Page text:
The air in the kitchen smelt faintly of apples and cheese, the fragrance growing sharper in his nose as he got closer to the table, upon which rested a plate heaped with eighths of one and cubes of the other. John spooned some ploughman's pickle on a smaller dish.
"Don't tempt me," Irene moaned, eyeing all of it ravenously; "there's already no way I'm going to fit into my costume, and it was made for me just last year."
"Have some apple at least, darling," John said, though he pushed the plate in Sherlock's direction, to tempt him as well. Sherlock indulged and immediately his stomach demanded more.
He sat and decided to tread softly, that he might keep John in this obliging mood. "What costume is that?" he asked politely, dipping his next slice of apple into the swamp of pickle on John's plate.
"I'm singing Romeo for a benefit," Irene said readily, fingers darting out to capture a slice of fruit. "I sang it last year in Philadelphia with my friend Mary playing Juliet. We're both in London, and someone got the bright idea to transplant the production over here."
"When does it come off?"
"For Valentine's Day. We all know our parts, and the orchestra here is fantastic. But there's all the publicity and ticket sales and, ugh, Mary and I have to waste time getting photographs taken and giving interviews. Nothing ever gets done when it should, and it just cuts into our rehearsal time." She pushed impatiently at the heavy darkness of her hair, falling out of its untidy knot, and reached for more apple.
"Scotland Yard works on much the same principle," Sherlock said, pleased when Irene's giggles ignited John's.
She stood, unnecessarily laying a hand on John's arm. "Today's picture day. Promise me there will be cheesecake when I come home." John inclined his head as if he needed to be convinced. "Chocolates?" John still said nothing, chewing thoughtfully at a cube of smoked cheddar. "Some kind of treat?"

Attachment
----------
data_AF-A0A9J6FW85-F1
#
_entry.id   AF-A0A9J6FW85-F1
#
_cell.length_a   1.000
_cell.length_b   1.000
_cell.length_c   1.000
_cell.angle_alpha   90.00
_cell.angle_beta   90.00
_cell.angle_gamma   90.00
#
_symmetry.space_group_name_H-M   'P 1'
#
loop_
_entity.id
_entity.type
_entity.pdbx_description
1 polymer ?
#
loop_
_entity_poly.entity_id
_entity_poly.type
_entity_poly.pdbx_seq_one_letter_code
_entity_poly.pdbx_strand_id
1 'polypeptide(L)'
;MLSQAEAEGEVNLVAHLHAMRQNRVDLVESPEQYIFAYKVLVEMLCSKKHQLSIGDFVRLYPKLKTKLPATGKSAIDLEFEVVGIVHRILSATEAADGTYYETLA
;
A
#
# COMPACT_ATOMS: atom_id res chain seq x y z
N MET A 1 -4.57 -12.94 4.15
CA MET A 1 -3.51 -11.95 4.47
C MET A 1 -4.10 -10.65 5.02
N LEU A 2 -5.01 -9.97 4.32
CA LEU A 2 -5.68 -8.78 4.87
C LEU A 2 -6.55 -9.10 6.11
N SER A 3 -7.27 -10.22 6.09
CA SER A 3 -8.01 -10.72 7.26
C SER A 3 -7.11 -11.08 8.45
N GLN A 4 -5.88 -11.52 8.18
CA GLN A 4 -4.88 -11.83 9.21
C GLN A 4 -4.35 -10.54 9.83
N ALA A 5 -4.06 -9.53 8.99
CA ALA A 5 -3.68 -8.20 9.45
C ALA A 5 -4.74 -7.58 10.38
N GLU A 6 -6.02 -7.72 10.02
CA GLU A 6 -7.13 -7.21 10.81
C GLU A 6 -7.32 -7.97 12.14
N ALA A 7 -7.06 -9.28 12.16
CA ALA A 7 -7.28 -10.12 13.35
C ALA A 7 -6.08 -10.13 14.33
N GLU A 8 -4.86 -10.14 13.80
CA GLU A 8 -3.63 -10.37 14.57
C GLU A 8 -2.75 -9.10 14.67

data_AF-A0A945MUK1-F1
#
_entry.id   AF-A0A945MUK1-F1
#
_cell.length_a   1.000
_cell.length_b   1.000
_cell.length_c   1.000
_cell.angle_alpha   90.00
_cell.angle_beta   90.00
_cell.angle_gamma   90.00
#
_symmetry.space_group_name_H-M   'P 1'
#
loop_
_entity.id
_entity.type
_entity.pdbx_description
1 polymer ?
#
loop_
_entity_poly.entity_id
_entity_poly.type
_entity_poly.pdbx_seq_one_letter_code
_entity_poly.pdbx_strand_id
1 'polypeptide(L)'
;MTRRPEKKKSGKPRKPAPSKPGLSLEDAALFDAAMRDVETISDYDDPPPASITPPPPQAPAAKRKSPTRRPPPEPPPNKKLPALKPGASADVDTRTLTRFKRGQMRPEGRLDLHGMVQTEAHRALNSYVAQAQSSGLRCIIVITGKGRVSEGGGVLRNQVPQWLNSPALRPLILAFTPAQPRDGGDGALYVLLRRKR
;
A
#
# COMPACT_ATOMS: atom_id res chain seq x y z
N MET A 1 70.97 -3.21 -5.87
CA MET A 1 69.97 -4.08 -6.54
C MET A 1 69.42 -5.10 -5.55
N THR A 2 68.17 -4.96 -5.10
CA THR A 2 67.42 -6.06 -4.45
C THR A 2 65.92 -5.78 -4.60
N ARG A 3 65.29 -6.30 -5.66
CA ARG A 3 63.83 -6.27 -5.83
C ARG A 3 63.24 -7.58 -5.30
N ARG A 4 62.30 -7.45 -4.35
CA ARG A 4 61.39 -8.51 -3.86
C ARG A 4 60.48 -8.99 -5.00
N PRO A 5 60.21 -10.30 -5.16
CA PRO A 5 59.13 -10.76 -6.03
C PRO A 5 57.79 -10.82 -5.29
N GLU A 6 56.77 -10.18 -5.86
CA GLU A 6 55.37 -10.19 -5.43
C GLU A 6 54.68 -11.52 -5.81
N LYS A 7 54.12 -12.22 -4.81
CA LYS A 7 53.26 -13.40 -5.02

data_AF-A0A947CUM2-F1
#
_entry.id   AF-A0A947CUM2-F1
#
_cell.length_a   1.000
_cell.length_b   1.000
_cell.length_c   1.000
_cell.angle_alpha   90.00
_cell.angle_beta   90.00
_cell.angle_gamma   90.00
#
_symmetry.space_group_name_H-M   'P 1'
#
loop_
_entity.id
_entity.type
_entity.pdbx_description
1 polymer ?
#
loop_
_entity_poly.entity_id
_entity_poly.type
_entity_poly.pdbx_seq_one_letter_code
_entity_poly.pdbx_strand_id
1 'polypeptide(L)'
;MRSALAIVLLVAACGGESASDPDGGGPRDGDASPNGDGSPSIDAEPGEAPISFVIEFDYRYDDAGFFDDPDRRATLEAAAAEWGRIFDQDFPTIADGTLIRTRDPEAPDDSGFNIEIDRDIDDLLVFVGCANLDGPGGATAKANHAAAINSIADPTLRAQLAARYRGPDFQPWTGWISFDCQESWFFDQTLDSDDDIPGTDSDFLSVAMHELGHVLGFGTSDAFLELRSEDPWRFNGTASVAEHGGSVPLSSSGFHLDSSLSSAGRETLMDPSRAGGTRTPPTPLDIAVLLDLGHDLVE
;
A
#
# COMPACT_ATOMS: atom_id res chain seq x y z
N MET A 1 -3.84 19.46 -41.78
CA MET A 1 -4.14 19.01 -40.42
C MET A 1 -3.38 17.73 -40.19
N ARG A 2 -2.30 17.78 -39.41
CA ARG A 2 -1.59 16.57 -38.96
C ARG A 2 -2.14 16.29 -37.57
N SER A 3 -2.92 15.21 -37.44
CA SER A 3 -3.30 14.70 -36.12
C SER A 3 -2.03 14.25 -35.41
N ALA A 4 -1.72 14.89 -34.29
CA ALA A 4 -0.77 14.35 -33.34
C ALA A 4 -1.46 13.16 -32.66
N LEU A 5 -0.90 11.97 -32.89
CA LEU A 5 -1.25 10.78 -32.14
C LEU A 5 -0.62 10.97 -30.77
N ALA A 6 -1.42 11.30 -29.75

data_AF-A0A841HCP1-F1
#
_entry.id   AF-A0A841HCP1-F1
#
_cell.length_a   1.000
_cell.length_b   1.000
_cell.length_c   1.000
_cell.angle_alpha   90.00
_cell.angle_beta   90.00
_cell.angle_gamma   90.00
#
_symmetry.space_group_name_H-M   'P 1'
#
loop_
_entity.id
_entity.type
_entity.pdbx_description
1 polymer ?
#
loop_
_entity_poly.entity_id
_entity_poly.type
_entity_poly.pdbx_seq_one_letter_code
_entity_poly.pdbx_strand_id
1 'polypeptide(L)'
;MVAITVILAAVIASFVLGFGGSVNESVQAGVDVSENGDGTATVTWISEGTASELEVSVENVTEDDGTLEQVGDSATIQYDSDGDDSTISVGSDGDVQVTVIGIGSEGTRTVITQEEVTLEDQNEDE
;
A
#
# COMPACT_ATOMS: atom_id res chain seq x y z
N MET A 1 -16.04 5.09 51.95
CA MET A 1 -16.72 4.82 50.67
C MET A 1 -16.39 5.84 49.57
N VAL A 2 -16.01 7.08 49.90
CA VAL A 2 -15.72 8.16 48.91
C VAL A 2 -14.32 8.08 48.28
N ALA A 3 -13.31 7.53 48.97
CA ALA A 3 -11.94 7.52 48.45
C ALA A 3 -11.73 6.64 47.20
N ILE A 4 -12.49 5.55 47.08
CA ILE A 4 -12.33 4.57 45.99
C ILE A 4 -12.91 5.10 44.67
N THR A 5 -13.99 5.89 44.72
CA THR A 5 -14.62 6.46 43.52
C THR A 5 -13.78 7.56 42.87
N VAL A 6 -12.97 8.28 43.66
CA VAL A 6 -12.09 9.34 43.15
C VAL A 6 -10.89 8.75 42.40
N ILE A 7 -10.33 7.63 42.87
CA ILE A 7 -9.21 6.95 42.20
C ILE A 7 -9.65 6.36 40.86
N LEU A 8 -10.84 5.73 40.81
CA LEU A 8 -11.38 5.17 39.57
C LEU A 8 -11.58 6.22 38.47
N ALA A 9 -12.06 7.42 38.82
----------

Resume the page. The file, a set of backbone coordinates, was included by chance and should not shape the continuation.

John grinned at her. "That I can safely promise." He relaxed in his chair, drinking tea as if he hadn't a care in the world.
As soon as Irene's tread was audible on the stairs, Sherlock looked at John curiously. It was frustrating how much more opaque John had become, just when it turned out most of his actions had nothing to do with Sherlock anymore; that mischievous smile breaking across his face was surely caused by the thought of Irene rather than him, the case, or even his work. Still, Sherlock could not help looking at John to try to trace the course of his thoughts, but as he watched, the smile went from puckish to disarming.
"Well? I'm not on shift until tomorrow morning, if you want to talk over the case," John offered, warming his hands around his mug of tea in a gesture Sherlock had seen so many times that the rush of love he felt took him completely by surprise. John was magnificent.
If only he was wholly Sherlock's, as Sherlock was wholly his.
Still, no one else got to see John in just this way, vital and alive as he pieced clues together, trying to steer his brain out of his accustomed courses and put it through entirely new paces; John was direct by nature and the corkscrew turns of really good cases required him to step out of himself. He brought a whole new set of gestures to the task: ticking off points on his fingers and chewing at the inside of his left cheek.